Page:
Education Minister Moves on in the Face of Distractions



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When the Minister of Education, Professor Ruqayyatu Ahmed Rufa’i noted before a global audience that all stakeholders must show genuine commitment for the education sector to make the desired progress, the reasonable assumption is that a rational media should be the primary respondent to the call.  Unfortunately however, a section of the Nigerian media, that are on the fringes of course, did not see itself as a stakeholder within the context of the Minister’s patriotic call.

This section of the media that at all times prefers to operate on the fringes, in complete disregard for decorum and professionalism, recently embarrassed itself by going to town with unsubstantiated reports against the education ministry.

As usual, publishers of that junk threw away caution and staked all known norms of the noble profession to feed its negligible readership lies and trash.

But for the need for maintaining decent records, those of us on the rational divide would not have bothered to respond to the trash those publishers churn out as news.

But as observed by a former Nigerian leader, if a fool is allowed to continue being foolish publicly, he would mistake that foolishness for a virtue.

Every discerning Nigerian would rather see achievement than fault the strides recorded in the educational sector since the Prof took over.

This is a woman who inherited a 4-Point Agenda Education Roadmap document from her predecessor in office and quickly expanded same to 6-Points to accommodate issues of Teachers’ Education and Development as well as Strengthening the Institutional Management of Education, which she considers critical but were not part of the original Agenda in the Education Roadmap.

Under her guidance, the Ministry has within a very short time, developed a 4-year Strategy Plan based on the six critical focal areas in the Agenda namely: Access and Equity, Standard and Quality Assurance, Teacher Education and Development as well as Technical and Vocational Education and Training.

Other areas involve strengthening the Institutional Management of Education and Funding, Partnership and Utilization.

This may be far too technical for those junk publishers to comprehend; they perhaps may understand what their more professional colleagues have to say by way of objective independent assessments of the strides made by Professor Ruqayyatu as education minister.

The Nation newspaper: “Though the Minister of Education, Prof. Ruqayyatu Ahmed Rufai, joined the cabinet shortly after the then President Goodluck Jonathan became a substantive President, she was one of the few new ministers who hit the ground running. Immediately she resumed at the Federal Ministry of Education, she ensured that everybody was kept busy on how to improve the sector. Most of the parastatals under the ministry have been engaged in several developmental activities which, according to sources, were left unattended to before the arrival of the woman who many describe as hardworking. Her latest achievement is the recent public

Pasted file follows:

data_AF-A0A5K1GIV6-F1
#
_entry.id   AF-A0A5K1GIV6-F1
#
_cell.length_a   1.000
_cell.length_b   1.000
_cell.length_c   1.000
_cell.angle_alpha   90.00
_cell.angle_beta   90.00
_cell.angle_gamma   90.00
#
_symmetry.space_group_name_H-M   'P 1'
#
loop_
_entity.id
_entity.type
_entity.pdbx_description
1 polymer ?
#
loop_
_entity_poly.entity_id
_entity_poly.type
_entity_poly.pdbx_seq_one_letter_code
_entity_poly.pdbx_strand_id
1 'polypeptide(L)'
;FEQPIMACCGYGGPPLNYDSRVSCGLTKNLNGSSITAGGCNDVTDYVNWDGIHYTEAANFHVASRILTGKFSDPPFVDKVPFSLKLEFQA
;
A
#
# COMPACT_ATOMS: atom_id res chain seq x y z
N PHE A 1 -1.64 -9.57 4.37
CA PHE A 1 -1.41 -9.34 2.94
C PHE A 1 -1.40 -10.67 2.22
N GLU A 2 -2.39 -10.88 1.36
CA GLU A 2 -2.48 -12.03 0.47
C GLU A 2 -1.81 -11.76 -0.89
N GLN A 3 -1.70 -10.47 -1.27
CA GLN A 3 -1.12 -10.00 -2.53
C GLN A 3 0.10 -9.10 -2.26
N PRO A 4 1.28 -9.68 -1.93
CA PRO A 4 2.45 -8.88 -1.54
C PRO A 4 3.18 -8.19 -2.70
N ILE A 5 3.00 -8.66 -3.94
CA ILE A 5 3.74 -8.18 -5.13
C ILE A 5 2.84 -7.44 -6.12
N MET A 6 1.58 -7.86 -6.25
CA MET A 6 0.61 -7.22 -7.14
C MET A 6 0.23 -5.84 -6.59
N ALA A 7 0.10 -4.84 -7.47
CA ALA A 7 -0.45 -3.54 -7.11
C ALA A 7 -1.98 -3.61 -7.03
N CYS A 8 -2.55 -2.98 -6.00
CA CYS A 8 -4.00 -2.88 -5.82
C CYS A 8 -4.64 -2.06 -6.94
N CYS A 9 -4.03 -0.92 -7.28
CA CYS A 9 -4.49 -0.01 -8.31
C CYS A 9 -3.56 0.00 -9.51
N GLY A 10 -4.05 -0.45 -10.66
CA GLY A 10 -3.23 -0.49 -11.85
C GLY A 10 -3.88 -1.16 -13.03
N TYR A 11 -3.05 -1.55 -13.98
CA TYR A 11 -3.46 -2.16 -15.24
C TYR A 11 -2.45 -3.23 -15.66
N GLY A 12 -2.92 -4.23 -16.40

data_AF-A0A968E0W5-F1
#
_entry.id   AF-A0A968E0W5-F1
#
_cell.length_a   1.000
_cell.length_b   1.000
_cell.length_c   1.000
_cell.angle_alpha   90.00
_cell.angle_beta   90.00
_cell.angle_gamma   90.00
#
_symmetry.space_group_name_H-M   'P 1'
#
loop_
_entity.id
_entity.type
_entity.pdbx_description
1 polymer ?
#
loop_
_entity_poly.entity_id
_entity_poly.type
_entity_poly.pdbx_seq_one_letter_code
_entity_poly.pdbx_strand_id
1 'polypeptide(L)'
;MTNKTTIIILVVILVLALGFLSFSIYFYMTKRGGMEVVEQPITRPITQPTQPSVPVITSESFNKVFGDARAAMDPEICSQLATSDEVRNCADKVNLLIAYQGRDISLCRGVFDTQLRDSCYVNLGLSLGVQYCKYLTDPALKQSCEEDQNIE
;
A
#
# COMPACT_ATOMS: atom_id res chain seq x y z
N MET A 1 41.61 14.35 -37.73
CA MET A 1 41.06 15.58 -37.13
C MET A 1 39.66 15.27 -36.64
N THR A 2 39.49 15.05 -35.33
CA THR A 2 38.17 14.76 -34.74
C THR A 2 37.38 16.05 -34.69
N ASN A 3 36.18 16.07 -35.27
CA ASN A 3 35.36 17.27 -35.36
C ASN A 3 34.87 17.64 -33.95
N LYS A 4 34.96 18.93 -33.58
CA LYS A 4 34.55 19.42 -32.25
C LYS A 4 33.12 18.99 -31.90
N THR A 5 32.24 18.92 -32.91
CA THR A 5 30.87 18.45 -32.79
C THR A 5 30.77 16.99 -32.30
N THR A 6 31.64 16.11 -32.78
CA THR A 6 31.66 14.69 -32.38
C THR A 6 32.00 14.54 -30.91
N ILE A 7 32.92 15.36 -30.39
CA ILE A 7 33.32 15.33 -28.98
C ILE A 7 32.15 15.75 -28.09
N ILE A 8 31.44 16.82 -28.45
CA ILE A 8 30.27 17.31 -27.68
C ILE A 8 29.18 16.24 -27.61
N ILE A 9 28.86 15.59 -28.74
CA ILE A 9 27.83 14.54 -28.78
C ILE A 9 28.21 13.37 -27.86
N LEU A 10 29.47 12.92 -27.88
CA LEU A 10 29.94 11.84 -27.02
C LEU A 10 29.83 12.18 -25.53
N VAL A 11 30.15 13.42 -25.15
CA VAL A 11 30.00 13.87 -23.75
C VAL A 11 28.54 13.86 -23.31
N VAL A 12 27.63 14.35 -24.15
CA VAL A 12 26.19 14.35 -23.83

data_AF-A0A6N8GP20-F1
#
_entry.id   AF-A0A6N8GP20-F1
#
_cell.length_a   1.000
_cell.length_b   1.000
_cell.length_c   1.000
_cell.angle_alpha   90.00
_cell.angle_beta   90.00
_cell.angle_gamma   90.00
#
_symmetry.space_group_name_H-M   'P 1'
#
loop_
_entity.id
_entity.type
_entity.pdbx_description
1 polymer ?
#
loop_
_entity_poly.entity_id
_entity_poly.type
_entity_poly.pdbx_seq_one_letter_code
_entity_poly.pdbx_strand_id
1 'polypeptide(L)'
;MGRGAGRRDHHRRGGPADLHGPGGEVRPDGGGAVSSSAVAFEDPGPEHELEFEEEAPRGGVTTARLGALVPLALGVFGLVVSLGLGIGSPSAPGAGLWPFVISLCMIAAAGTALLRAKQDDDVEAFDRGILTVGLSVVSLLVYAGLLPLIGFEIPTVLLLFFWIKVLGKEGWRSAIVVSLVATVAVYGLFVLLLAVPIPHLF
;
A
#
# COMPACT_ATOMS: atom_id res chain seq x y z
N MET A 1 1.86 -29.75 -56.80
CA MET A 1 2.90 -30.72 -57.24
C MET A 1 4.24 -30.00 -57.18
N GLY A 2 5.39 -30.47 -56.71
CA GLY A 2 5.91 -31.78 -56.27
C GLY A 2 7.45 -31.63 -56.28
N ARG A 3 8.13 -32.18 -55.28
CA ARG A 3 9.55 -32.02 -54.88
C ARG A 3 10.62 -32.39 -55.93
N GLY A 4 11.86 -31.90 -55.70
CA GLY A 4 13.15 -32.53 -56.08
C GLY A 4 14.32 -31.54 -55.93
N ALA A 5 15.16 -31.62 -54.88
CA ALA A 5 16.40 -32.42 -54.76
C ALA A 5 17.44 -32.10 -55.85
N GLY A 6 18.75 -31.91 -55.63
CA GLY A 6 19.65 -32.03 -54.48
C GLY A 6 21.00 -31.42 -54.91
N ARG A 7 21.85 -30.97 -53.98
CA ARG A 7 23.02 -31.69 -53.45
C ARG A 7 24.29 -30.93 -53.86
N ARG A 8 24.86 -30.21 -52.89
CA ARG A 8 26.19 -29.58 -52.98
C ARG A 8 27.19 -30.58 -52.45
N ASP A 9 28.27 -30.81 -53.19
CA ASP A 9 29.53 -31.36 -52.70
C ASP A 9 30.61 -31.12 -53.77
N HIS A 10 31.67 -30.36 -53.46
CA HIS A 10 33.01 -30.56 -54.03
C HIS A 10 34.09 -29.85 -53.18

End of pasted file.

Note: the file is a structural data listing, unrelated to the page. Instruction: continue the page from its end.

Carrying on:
presentation of the nation’s education data survey and the launch of the Digest of Education Statistics for the period, 2006 to 2010 which gingered President Goodluck Jonathan to assure Nigerians of increase in budgetary allocation to the sector.”

This is proved by records of the progressive increase in Annual Budgetary Allocations to the sector in the last three years which has enabled the Ministry to address critical issues of infrastructure, manpower development and staff welfare while strategic funding interventions by Tertiary Education Trust Fund (TETFund), Universal Basic Education Commission (UBEC), STEP-B Project and other interventions by International Partners have further strengthened the system.

Another online assessment on www.nigerianin America.com,  stated unequivocally that:  “When Minister Rufai took over the ministry roughly, she quickly identified four areas of focus: (1) access and equity, (2) standards and quality assurance, (3) technical and vocational education and teacher training, and (4) funding and resource utilization as part of her plan to reform the education sector. Professor Rufai has strategically aligned herself with state commissioners of

education and selected board members of the National Universities Commission (NUC), particularly Chris Okojie and others in the National Board for Technical Education (NBTE) to re-conceptualize the tertiary education or higher education. The strategy is now paying dividend as fidelity in compliance and rigor in action returns to the federal ministry of education.

 


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